The two are CTD geniuses, knowing the ins and outs of each sensor, wire, and software program pertaining to data collection. The CTD, which stands for Conductivity, Temperature, and Depth, is the most highly regarded oceanographic instrument used to assess a water column, from the surface to the ocean floor. Lowered by a conductive wire off the starboard side of the ship, this mighty instrument serves the needs of 20 of the 24 scientists on board through means of water samples and profile data. Although the instrument is collectively termed a CTD, the actual CTD probe is merely a small part of the totality of the instrument. Within the steel cylindrical frame lie 24 Niskin bottles for sampling water at different depths, two ADCPs (Acoustic Doppler Current Profiler) for measuring the speed and direction of water currents, a transmissometer for detecting the chlorophyll maximum, and a series of sensors for measuring oxygen, temperature, and depth within the water. Prior to arriving on station, our CTD techs ensure all sensors are clean, functioning, and talking to the main computer. Sensors must be kept moist in between stations when the instrument is onboard the ship, this is done by connecting tubing filled with water to the probes. Before the CTD is deployed the techs remove the tubes and turn the sensors on. On deck, there is one CTD tech and one Survey tech suited up to deploy and successfully recover the instrument. The techs are outfitted with hard hats, steel-toed boots, a life jacket, and a tether to the ship when handling the instrument, to ensure safety as a 3000lb instrument dangles on a wire above their heads. Sitting in the main lab of the ship, the Chief and Co-Chief scientists stand by a series of computer monitors that show the output of the instrument sensors, and as the CTD is lowered through the water column, profiles of temperature, salinity, oxygen, and density appear, giving the scientists a first-hand look at the structure of the water column. The scientists use radios to communicate to the deck techs and wire operator, directing them when to lower and raise the CTD in the water. The scientists at the computer look for interesting features in the profiles shown to them on the screen. Are there any unusual temperature spikes or oxygen minimums?  Based on these features and common features of a water column (thermocline, mixed layer, oxygen minimum zone, chlorophyll maximum) the scientists tell the wire operator where to stop the CTD, and then a signal is sent through the wire to close a Niskin bottle at that depth. As the CTD works its way back up the surface, Niskin bottles are triggered to close at other specified depths. The techs then recover the CTD and bring it back on board safely, the sensors are cleaned and tubes replaced, and a plethora of data is now ready for scientists to use in their analysis. As mentioned in previous blogs, once the CTD is back on board, a sampling frenzy ensues.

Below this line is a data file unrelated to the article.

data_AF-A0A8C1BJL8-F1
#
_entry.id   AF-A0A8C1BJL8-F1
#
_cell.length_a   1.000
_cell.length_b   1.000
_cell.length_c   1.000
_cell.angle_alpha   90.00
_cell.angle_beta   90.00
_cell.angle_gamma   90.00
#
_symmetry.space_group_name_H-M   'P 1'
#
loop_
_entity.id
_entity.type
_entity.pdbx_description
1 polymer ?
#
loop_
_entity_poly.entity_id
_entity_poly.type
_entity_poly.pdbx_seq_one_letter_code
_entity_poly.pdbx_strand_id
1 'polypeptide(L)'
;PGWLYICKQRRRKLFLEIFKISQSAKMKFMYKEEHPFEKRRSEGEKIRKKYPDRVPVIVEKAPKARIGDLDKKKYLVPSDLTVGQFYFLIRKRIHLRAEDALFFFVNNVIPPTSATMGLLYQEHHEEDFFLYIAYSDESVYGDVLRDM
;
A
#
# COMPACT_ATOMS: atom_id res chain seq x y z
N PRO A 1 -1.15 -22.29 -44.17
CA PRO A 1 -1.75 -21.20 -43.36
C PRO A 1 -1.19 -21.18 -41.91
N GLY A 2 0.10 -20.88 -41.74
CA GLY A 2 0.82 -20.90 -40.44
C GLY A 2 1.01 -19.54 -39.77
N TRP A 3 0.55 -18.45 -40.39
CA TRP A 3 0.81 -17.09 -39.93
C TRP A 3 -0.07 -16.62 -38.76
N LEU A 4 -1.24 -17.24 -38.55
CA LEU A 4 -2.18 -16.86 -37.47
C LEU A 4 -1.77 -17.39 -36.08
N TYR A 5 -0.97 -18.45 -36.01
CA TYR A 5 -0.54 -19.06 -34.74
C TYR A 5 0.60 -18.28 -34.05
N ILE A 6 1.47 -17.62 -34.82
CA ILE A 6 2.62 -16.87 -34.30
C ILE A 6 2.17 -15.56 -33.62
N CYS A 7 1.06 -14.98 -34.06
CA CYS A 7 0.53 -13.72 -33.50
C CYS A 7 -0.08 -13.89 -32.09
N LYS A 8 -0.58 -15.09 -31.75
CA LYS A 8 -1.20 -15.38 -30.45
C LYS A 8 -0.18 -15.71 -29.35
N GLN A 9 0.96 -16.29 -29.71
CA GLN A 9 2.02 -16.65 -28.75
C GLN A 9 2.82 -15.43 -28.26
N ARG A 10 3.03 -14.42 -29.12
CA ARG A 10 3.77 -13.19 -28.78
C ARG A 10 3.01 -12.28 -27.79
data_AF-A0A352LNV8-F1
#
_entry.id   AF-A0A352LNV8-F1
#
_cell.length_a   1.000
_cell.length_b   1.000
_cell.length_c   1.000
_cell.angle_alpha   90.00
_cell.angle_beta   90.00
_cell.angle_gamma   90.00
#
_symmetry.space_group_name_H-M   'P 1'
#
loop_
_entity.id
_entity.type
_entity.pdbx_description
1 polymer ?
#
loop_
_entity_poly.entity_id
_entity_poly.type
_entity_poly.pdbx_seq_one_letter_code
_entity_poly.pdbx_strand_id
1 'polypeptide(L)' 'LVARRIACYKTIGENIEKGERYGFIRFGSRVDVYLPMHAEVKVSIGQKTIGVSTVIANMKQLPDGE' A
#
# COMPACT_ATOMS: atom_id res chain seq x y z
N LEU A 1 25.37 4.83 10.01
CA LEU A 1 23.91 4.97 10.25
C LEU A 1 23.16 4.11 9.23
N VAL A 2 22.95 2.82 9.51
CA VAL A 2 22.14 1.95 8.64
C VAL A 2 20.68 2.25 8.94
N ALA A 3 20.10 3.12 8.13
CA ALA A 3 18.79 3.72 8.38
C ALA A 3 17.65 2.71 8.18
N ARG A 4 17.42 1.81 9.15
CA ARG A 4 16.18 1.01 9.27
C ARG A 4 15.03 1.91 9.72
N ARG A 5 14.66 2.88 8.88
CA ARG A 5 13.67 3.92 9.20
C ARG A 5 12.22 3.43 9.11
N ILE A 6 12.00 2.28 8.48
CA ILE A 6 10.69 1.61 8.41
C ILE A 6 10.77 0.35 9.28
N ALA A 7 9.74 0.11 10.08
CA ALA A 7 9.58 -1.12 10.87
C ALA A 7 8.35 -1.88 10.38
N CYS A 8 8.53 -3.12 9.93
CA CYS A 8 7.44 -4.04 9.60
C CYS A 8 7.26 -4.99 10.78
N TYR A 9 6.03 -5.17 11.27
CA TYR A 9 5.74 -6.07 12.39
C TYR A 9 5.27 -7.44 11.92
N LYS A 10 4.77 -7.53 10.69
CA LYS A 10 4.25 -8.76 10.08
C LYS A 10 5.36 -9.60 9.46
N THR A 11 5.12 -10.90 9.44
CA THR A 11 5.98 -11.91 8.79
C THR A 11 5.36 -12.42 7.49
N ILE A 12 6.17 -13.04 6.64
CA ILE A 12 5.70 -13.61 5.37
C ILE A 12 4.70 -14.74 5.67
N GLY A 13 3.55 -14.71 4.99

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Tag team of the CTD Tech (Andy) and Survey Tech (Josh) safely retrieving the CTD

Jay and Andy make sure the sensors are calibrated by comparing the sensor values to that manually determined through salinity and oxygen analysis, the job I do here on board. Jay and Andy are certainly the silent heroes of scientific data collection here on the Brown, keep up the good work boys!

Outreach at Sea: Shrinking Styrofoam

Author: Gabrielle Corradino

Being a part of a field science team is what my younger self dreamed about. The idea of exploration, pioneering research and ocean travel took hold of my mind at a very early age, and has now become my reality. Through years of internships, jobs and now graduate school, I am at the onset of defining my dream as a marine ecologist. I am currently in my 3rd year as a Ph.D. student at the Department of Marine, Earth and Atmospheric Sciences at North Carolina State University working with Dr. Astrid Schnetzer. Alongside my love of marine science, I have found another passion in the realm of teaching and education. I am a product of the public-school system in Connecticut and truly feel it gave me the educational opportunities and stimuli to grow into the researcher I am today. As I start my career as a marine scientist, I believe a portion of my job is to teach and inspire the next batch of creative thinkers and scientific minds.

I have carried this passion for Science, Technology, Engineering and Math (STEM) education, developing innovative curriculum and scaffolded learning into all of my projects as a graduate student, including my current research aboard the R/V Brown. The GOMECC-3 trip has allowed for an exciting opportunity for art, music, and science, to meld into a cross-disciplinary project, expanding my vision into a Science, Technology, Engineering, Art and Math (STEAM) project.

The “Decorate a Cup” outreach project was sent to three collaborative schools: Clinton Avenue School, New Haven, CT, Corpus Christi School, Wethersfield, CT and Laurel Park School, Cary, North Carolina. The project description is as follows:

Decorate a Cup

Background: The students drew on a Styrofoam cup with permanent marker (Fig. 1), which was sent down on a research instrument that was lowered several hundreds of meters to the deep-sea (Fig. 2). On the travel down, the cups were compressed to ~25% of their original size due to the pressure (Fig. 3). At the end of the cruise the cups will journey back to the teachers and students with a STEAM lesson plan to learn about ocean research and the GOMECC-3 voyage. This will allow the students to progress toward a stronger understanding and make broader connections to the marine ecosystem.